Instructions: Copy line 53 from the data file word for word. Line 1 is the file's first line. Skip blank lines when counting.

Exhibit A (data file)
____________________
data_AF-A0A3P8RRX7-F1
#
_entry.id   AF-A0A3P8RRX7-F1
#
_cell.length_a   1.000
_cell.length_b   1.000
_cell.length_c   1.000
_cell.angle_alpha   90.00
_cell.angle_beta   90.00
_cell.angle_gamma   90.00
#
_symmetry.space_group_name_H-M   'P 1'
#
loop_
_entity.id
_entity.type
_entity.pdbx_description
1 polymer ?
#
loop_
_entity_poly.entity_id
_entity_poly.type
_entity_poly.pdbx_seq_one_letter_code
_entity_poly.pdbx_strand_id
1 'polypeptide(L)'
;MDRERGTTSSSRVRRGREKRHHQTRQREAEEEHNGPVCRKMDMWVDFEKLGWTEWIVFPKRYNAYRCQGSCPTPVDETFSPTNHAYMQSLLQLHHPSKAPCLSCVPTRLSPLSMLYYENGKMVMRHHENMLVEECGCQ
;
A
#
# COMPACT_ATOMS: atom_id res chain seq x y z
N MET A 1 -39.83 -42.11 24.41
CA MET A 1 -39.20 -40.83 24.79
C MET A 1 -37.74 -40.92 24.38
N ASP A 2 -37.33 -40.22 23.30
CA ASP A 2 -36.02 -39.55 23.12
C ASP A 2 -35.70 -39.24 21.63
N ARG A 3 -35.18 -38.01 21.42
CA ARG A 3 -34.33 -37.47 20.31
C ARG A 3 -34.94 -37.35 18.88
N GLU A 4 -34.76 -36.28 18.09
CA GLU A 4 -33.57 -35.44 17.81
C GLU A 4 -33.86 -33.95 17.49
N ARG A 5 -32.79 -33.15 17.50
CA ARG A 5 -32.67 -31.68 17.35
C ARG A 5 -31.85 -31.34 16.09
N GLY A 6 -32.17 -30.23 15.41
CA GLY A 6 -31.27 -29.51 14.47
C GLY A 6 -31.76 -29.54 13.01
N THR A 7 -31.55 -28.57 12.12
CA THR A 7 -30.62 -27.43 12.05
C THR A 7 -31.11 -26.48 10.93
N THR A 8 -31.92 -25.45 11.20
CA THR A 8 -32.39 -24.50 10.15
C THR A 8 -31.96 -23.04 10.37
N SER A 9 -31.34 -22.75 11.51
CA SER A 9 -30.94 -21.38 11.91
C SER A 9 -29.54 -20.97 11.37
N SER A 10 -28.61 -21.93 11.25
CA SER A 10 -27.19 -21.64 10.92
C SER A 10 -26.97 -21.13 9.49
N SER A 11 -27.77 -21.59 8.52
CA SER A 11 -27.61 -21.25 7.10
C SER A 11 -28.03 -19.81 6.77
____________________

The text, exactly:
CA THR A 8 -32.39 -24.50 10.15